News Release: TOM DALEY, WILL YOUNG & ANGELA EAGLE AND THEIR EXPERIENCES OF COMING OUT... NATIONAL PORTRAIT GALLERY MARKS 50 YEARS OF ADVANCES IN GAY RIGHTS

Friday 25 November 2016

A display of photographic portraits to mark the fiftieth anniversary of the partial decriminalisation of male homosexuality in England and Wales in 1967 opens at the National Portrait Gallery this Friday 25 November.

Marking the advances in gay rights in Britain over the past half century, Speak its Name! is the first in a year-long programme of special displays and events at the National Portrait Gallery exploring sexuality, gender, art and identity.

In Speak its Name! portraits of fashion designer Alexander McQueen and journalist Isabella Blow, politician Angela Eagle, actors Ben Whishaw and Saffron Burrows, poet Jackie Kay, diver Tom Daley and singer Will Young are accompanied by quotations from the sitters who share their experiences of coming out. These range from coming out to friends and family, to wanting to be honest to an audience of fans and the media.

The title of the display is derived from ‘I am the Love that dare not speak its name’, the last line of a poem by Lord Alfred Douglas that was quoted as evidence of ‘gross indecency’ at the trial of his lover Oscar Wilde in 1895. Wilde and Douglas, along with those whose portraits appear in the display, are among 150 prominent figures that feature in an accompanying book, also titled Speak its Name!, which covers a variety of issues, including equality, bullying, homophobia, love, sex and marriage, through a collection of moving, amusing and inspirational quotations by a wide range of people from King James I to Sandi Toksvig.

Dr Nicholas Cullinan, Director of the National Portrait Gallery, London, says: ‘We are proud to be marking the fiftieth anniversary of the decriminalisation of homosexuality in this country with a thought-provoking and inspirational book, exhibition and series of displays and events which survey the ongoing and ever-more relevant discussion over identity, tolerance and equality from a panoramic and international perspective.’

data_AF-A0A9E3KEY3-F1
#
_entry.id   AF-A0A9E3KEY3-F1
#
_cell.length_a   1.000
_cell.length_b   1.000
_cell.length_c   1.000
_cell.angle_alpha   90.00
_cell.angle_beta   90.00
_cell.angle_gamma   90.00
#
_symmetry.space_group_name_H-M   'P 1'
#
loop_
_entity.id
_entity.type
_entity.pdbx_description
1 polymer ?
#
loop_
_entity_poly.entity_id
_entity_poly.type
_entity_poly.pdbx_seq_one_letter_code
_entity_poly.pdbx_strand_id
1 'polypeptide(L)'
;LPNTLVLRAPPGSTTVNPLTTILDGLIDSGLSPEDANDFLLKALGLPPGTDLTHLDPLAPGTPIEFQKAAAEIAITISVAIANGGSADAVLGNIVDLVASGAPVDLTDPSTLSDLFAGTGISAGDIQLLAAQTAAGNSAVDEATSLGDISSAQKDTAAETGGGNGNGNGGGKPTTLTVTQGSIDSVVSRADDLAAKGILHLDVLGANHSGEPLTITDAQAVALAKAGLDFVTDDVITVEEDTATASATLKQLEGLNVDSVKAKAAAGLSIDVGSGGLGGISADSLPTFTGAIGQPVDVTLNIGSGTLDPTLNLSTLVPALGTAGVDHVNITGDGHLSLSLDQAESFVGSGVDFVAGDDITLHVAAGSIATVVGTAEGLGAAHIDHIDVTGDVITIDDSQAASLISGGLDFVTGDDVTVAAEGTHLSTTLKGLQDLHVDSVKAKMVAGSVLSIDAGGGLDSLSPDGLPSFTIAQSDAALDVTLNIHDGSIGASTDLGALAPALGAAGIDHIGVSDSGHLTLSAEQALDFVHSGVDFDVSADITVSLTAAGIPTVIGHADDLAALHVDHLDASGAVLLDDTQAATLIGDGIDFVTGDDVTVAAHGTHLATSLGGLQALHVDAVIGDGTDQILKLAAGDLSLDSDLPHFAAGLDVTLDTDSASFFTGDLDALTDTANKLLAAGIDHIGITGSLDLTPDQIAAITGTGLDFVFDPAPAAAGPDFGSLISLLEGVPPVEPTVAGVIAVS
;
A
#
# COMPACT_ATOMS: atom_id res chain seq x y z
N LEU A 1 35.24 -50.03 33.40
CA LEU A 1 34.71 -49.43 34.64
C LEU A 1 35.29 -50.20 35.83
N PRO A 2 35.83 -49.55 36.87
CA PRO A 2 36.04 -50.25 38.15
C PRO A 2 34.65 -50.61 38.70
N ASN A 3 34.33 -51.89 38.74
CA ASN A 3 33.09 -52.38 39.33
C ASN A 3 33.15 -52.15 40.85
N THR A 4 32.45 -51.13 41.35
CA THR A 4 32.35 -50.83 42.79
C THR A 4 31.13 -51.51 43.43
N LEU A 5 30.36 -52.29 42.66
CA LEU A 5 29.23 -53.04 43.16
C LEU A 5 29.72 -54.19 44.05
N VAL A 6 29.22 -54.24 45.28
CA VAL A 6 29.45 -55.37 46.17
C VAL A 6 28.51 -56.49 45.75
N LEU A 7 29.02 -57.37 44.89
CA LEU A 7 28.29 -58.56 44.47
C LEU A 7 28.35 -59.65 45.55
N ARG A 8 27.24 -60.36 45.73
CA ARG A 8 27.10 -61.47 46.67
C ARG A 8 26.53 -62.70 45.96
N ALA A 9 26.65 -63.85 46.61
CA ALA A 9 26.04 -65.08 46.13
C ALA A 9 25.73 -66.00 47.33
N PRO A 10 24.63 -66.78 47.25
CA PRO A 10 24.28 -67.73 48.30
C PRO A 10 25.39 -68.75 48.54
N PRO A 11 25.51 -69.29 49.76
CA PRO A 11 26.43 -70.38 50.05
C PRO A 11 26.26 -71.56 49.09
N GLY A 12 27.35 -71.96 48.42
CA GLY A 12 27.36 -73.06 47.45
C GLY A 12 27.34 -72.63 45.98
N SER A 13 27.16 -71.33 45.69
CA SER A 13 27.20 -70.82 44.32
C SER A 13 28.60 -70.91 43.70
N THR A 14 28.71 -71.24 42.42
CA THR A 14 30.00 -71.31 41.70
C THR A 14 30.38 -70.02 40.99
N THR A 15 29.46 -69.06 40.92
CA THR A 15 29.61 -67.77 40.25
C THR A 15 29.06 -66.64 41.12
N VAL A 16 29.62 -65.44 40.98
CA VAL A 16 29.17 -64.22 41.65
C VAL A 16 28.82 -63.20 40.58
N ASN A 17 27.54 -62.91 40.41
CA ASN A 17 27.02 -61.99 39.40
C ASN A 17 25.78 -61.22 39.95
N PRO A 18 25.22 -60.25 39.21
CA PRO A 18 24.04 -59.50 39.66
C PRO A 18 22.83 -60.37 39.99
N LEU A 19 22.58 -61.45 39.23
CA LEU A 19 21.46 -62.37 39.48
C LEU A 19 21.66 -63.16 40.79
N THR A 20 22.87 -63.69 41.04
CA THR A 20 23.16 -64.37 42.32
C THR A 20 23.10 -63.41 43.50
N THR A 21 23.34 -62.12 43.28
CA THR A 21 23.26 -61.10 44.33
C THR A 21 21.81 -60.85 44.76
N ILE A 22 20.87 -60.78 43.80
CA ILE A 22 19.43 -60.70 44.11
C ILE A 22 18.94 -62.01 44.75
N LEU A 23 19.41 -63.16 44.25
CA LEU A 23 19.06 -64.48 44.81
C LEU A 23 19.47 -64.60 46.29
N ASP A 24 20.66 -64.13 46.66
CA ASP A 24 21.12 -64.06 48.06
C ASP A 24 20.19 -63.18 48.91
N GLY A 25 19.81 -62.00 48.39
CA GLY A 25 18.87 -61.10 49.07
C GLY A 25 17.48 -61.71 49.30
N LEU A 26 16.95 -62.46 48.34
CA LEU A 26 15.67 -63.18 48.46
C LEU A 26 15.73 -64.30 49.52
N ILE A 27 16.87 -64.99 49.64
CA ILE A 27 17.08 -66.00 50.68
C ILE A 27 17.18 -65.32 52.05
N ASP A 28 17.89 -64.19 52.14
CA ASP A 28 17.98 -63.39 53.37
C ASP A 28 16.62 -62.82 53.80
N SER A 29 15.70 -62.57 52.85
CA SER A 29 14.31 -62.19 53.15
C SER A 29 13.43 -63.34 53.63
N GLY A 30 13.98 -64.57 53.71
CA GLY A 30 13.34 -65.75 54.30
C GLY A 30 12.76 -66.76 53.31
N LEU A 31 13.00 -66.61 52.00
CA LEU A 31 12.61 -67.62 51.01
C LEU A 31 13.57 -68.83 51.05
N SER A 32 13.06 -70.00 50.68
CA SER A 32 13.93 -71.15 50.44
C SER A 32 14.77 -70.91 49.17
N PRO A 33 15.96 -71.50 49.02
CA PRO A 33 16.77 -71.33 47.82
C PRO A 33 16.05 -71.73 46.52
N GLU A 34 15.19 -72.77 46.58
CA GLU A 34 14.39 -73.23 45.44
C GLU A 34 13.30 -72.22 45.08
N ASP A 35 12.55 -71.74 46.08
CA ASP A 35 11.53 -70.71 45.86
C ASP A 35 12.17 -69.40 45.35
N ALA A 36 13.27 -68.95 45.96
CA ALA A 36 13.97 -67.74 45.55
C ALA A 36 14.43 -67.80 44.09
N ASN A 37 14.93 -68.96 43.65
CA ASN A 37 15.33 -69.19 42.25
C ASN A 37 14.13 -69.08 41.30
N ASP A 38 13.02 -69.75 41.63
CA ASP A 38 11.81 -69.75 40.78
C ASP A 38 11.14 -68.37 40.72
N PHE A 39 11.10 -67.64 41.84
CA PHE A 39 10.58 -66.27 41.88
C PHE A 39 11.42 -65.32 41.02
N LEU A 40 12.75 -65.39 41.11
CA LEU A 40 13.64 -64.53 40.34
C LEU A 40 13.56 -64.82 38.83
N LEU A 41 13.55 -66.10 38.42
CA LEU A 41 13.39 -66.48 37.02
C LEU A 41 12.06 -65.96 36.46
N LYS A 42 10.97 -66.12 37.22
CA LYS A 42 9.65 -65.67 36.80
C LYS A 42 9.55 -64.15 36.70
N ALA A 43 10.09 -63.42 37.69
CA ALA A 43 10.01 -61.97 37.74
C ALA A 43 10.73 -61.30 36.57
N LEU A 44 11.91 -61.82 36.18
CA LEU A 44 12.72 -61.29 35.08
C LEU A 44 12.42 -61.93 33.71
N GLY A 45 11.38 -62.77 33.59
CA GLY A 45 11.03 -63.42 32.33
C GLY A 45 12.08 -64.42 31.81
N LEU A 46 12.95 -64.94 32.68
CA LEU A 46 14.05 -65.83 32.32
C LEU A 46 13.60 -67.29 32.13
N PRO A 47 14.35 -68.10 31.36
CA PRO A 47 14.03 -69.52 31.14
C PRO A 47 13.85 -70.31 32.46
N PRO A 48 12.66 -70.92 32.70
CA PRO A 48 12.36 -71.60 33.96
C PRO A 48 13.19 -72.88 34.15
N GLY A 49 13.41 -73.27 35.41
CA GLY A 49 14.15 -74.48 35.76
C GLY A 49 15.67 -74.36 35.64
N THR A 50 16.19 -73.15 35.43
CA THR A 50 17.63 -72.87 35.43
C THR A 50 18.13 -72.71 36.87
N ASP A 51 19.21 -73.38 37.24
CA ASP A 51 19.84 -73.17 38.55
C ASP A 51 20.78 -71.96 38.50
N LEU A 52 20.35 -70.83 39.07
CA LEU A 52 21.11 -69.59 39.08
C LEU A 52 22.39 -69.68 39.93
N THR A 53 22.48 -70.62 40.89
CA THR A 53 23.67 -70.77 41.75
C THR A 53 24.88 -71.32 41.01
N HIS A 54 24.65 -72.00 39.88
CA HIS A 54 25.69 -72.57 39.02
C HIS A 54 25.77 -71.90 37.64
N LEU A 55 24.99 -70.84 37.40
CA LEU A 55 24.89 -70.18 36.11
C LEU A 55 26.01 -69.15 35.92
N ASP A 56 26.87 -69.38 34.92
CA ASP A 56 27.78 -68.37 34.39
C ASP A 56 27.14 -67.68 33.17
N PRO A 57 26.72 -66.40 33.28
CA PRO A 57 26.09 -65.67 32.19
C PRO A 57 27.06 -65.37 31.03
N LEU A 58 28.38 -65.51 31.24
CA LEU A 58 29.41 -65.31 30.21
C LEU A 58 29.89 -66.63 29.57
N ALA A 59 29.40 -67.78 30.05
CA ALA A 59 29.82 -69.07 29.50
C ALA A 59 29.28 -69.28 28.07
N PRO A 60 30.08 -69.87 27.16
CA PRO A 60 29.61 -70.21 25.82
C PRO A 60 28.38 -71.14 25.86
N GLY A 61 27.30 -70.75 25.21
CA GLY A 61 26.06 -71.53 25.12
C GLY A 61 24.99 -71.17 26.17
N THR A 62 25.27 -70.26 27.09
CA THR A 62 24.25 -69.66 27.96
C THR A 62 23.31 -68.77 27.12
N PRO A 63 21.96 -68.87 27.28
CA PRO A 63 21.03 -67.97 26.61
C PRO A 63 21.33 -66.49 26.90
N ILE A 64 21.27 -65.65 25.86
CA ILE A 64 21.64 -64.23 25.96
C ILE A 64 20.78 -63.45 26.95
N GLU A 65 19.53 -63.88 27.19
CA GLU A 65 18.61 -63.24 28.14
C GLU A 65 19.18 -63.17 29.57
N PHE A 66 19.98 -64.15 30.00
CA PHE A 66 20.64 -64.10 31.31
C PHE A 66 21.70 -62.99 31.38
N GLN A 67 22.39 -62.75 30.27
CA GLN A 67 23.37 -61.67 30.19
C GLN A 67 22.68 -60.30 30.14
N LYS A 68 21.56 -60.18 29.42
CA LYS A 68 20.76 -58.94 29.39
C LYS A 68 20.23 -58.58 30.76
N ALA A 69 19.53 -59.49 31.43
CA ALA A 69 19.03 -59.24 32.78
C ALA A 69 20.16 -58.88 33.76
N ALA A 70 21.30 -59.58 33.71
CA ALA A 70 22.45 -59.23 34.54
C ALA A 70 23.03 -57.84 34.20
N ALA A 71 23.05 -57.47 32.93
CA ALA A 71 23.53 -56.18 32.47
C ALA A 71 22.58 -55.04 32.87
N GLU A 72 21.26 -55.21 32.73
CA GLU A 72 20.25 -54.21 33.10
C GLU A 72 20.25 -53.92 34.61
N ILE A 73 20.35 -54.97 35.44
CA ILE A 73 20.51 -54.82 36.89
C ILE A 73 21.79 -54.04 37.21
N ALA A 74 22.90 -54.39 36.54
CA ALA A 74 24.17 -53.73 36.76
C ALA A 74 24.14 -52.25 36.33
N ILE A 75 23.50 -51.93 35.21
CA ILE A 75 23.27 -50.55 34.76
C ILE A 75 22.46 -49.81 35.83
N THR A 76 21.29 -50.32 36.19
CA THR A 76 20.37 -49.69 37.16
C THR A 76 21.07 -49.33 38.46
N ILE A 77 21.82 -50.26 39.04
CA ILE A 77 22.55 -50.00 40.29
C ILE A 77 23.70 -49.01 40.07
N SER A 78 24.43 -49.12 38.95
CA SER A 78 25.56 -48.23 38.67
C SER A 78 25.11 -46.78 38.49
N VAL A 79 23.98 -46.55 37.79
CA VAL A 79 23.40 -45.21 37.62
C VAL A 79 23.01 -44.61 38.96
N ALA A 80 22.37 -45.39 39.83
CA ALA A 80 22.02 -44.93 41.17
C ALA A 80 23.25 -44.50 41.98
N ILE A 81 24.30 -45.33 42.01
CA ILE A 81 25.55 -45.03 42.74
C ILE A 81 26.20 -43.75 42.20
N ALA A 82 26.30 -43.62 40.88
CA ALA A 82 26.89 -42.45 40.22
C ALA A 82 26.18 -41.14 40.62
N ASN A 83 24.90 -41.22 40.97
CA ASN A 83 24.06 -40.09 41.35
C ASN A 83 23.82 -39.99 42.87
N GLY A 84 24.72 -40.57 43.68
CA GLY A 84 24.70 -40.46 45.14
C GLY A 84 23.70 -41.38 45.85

Christopher Tinker, author of the Speak its Name! book, curator of the display, and Managing Editor at the National Portrait Gallery, London, says: ‘Through the moving and inspirational words of LGBT people past and present, Speak its Name! highlights the enormous advances in gay rights over recent decades and assesses the continuing fight for equality for all.’

Actor Simon Callow, who has written the introduction to the Speak its Name! book, says: ‘This extraordinary and profoundly affecting book pays witness to the transformation in attitudes to homosexuality in my lifetime, celebrating the contribution of the remarkable men and women and people of fluid gender who enabled that revolution. Beautiful and profound and touching, Speak its Name! is a brilliant idea, brilliantly executed.’

The season continues in February 2017 with David Gwinnutt: Before We Were Men a display that chronicles the 1980s London art and club scene of Leigh Bowery, Derek Jarman, Ossie Clark and Gilbert & George. Gwinnutt photographed directors, writers, designers and artists who together formed a vibrant and influential underground gay culture.

In March 2017 the Gallery will show the work of the contemporary Lebanese artist Akram Zaatari who has selectively appropriated images from the archive of the Lebanese studio photographer Hashem el Madani, active in Saida, Lebanon from the 1950s, and presents them in new contexts. The display features a selection of Madani’s images, in which two people of the same sex kiss or tenderly embrace, to explore the strict moral codes of Lebanese culture.

The Gallery’s spring exhibition, also opening in March, Gillian Wearing and Claude Cahun: Behind the mask, another mask will draw together over 100 works by French artist Claude Cahun (1894–1954) and British contemporary artist Gillian Wearing (b.1963). While they were born seventy years apart, they share similar themes around gender, identity, masquerade and performance.

 I am me
A season exploring art and identity at the National Portrait Gallery:
 

DISPLAYS:

Speak its Name! Balcony Gallery, Admission Free (25 November 2016 – 6 August 2017)
David Gwinnutt: Before We Were Men
Room 39, Admission Free (9 March – September 2017)
Akram Zaatari  
Room 33, Admission Free (27 March – 3 September 2017)